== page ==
Dancing at a Wedding Anoush.com

How to Hire a Band or DJ for Your Wedding

Music is one of the most important elements of your wedding celebration. It sets the mood, energizes the atmosphere, keeps people entertained, and moves things along smoothly from your entrance to the last dance. Whether you choose to have a band or a DJ is generally a budgetary consideration, but whichever way you go, the best way to find what you’re looking for is by recommendation. Think back to the best weddings you’ve been to, talk to your planner or Los Angeles banquet halls, and poll your friends.

The Los Angeles area is home to some of the best professional musicians in the country, and some of the hottest DJs, too, so you’ll likely be overwhelmed by choices. But do it early in your process because the best musicians and DJs are often booked up to a year in advance.

If you haven’t personally heard the band or DJ, find out where they’re performing publically and stop by to listen to them. At the very least, see if they’ve got videos on their own websites or on YouTube. Don’t hire anyone you haven’t heard.

Quartet Anoush.comIf you want live music but also want to watch your budget, think about hiring a four-piece group that plays multiple instruments. You can also arrange for one of them to play solo for your ceremony, and two to play as a duo during cocktails before the whole group gets together to play for dancing.

You can do very well contracting directly with a reputable band or DJ, but check references and trust your gut. To be absolutely confident, use a booking agency that will stand behind its reputation and be able to resolve any issues, for example, sending a replacement keyboard player if the band’s guy gets sick. There are multiple options; do a Web search for “wedding music booking Los Angeles.”

When it comes time to talk contract, don’t forget any of these elements:

1. How Long Will They Perform?

Bands and DJs are generally booked for four or five hours, with most having minimums of two to three hours. Make sure you’re clear on the time they’ll arrive to set up, how long they’ll play, and what time they’ll conclude. Discuss contingencies like their availability and fee to play longer if the party goes on longer than you expect.

2. What About Breaks?

Musicians and DJs are only human, and need to take breaks if they’re performing for hours on end. You may be able to contract for continuous music from a band, with its various members taking their breaks individually. But you’ll be expected to provide dinner, too, so take that into consideration. (The dinner doesn’t have to be the same meal you’re serving your guests, and catering service in Los Angeles will generally offer a separate space for performers to take a break and eat.)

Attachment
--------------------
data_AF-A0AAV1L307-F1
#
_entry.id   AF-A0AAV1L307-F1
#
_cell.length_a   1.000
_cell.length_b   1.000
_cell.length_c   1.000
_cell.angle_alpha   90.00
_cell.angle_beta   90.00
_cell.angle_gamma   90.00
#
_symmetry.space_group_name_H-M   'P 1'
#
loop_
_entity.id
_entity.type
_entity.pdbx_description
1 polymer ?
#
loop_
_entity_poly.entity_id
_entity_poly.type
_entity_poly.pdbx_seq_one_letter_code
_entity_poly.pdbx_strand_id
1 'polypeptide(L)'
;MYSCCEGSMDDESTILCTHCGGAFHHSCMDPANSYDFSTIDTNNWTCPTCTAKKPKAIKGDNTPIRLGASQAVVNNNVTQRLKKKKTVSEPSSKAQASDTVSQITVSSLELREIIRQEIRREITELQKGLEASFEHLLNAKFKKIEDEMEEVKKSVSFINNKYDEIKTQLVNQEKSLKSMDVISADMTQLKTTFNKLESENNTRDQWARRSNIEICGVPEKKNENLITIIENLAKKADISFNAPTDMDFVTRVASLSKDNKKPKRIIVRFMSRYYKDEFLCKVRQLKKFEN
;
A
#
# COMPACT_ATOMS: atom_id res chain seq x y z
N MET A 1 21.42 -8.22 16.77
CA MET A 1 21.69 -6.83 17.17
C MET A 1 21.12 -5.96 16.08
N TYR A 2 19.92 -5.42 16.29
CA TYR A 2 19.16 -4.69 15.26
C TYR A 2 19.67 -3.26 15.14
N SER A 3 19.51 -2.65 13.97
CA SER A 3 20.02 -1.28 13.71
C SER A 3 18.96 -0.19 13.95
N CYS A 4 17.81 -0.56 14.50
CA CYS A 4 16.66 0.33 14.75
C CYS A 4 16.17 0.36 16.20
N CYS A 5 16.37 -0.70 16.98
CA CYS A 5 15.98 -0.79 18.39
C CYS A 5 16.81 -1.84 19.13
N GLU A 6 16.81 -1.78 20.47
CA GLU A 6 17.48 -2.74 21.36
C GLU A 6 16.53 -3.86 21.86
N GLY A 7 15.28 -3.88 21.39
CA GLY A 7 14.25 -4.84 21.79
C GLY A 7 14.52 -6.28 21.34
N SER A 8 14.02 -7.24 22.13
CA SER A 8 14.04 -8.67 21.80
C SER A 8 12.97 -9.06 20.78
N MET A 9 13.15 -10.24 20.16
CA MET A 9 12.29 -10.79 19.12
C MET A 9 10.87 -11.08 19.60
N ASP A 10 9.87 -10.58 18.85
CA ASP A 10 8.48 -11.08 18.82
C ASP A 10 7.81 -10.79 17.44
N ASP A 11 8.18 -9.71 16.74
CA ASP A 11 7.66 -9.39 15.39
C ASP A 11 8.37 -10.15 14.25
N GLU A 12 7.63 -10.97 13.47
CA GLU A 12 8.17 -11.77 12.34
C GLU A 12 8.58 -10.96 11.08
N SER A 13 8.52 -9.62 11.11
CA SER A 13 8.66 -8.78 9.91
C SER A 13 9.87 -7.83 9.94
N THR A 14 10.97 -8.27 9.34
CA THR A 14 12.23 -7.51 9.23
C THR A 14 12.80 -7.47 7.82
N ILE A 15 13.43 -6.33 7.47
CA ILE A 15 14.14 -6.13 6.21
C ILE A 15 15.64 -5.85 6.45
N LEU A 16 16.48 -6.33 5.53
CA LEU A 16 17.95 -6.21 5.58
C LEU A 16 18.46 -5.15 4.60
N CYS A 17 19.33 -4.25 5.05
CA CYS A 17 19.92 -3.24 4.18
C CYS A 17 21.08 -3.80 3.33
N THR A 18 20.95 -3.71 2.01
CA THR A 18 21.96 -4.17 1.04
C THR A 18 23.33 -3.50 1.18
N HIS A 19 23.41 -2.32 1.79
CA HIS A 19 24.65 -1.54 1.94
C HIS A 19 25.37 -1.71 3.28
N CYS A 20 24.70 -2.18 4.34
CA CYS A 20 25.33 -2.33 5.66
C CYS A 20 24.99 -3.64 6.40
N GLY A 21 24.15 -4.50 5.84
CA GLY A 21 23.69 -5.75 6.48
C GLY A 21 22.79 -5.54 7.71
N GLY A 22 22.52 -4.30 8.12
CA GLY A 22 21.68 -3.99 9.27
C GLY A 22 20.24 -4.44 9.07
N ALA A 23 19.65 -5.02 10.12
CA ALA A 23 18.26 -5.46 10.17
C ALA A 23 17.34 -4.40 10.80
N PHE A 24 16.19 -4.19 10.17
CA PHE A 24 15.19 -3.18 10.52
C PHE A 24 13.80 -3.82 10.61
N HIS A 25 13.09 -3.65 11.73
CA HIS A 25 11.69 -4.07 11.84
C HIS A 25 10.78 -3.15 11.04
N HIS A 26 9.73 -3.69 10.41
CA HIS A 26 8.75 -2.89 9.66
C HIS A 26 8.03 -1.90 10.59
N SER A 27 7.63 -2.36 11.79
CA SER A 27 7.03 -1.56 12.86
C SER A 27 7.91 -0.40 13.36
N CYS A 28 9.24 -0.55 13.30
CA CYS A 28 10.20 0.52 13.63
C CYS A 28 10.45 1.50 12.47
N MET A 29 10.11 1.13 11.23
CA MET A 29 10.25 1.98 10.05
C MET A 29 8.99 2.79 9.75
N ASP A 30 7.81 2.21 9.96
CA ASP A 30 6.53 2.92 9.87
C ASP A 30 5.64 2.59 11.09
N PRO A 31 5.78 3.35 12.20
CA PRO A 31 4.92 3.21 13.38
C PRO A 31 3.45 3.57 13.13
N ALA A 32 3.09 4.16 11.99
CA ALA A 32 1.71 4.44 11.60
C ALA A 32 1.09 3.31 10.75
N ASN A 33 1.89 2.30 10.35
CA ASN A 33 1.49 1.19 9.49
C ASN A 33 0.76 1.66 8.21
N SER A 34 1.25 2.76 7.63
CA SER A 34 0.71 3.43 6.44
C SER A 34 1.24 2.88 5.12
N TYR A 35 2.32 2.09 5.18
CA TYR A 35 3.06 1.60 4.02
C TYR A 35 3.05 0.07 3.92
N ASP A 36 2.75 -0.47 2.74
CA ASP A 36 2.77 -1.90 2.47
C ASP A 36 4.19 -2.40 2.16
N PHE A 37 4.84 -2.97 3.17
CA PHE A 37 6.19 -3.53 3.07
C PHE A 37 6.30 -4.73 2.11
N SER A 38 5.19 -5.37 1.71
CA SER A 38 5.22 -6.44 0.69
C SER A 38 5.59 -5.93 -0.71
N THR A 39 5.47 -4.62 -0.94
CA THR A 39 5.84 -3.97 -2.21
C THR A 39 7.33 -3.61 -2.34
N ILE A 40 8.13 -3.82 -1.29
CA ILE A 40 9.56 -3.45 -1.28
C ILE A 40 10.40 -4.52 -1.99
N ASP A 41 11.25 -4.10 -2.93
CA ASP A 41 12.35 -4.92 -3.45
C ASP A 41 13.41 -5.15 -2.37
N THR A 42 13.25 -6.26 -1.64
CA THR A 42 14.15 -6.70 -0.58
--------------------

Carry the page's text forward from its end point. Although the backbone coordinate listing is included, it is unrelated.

Some bands bring an iPod or laptop loaded with music to play while the whole group is on break; alternatively, the venue may have a music system that can play your own CDs. DJs can, of course, provide musical selections to cover the time they’re not on stage. But work out the break times so they don’t occur just when you plan to cut the cake.

3. Tech Needs

Tech Set-up Anoush.comIs the band or DJ self-contained or will anything be required of the venue? There can be questions about stage size, electrical outlets, extension cords, hook-ups to the venue’s equipment, requests for chairs or side tables, or other technical requirements. It’s often best to put the venue’s representative in touch with the bandleader or DJ directly so everyone’s questions get answered appropriately.

4. Playlist and Emcee Duties

These are two areas you want to be very specific about. Discuss precisely what music you want played (or don’t want played) and when in the evening you’d like it. If there’s a special song or musical selection you want and the band isn’t familiar with it, be assured they will learn it, and if any additional fee will apply. Talk about what spoken part you’d like the bandleader or DJ to play in the reception, and if you’ll be providing a script, find out when you’ve got to submit it.

After you’ve figured out the timing and details of the evening, write everything down for the bandleader or DJ, including phonetic spellings of any difficult names that will be announced. Specify a person in your bridal party to communicate with the bandleader or DJ if necessary during the evening. This is especially important if the band gets carried away and starts to play too loudly.

Couple Dancing at Wedding Anoush.com5. What Will the Band or DJ Wear?

Find out what they typically wear, and if that doesn’t fit your style or the tone of your wedding, discuss what options are available.

6. Dot the I’s and Cross the T’s

Before you sign a contract, read it over carefully and check all the numbers. You’ll doubtless have to make a deposit, but find out what cancellation policies are, when final payment is due and what form of payment will be accepted. Some bands require full payment as early as ten days before a wedding.

If you’ve made all these arrangements a year or many months ahead of your wedding date, call the bandleader, DJ, or booking agency two months before the wedding to confirm every last detail. Then call again a week before the wedding to make sure everything is on track. Better to catch any issues early than find out just as you’re about to walk down the aisle.

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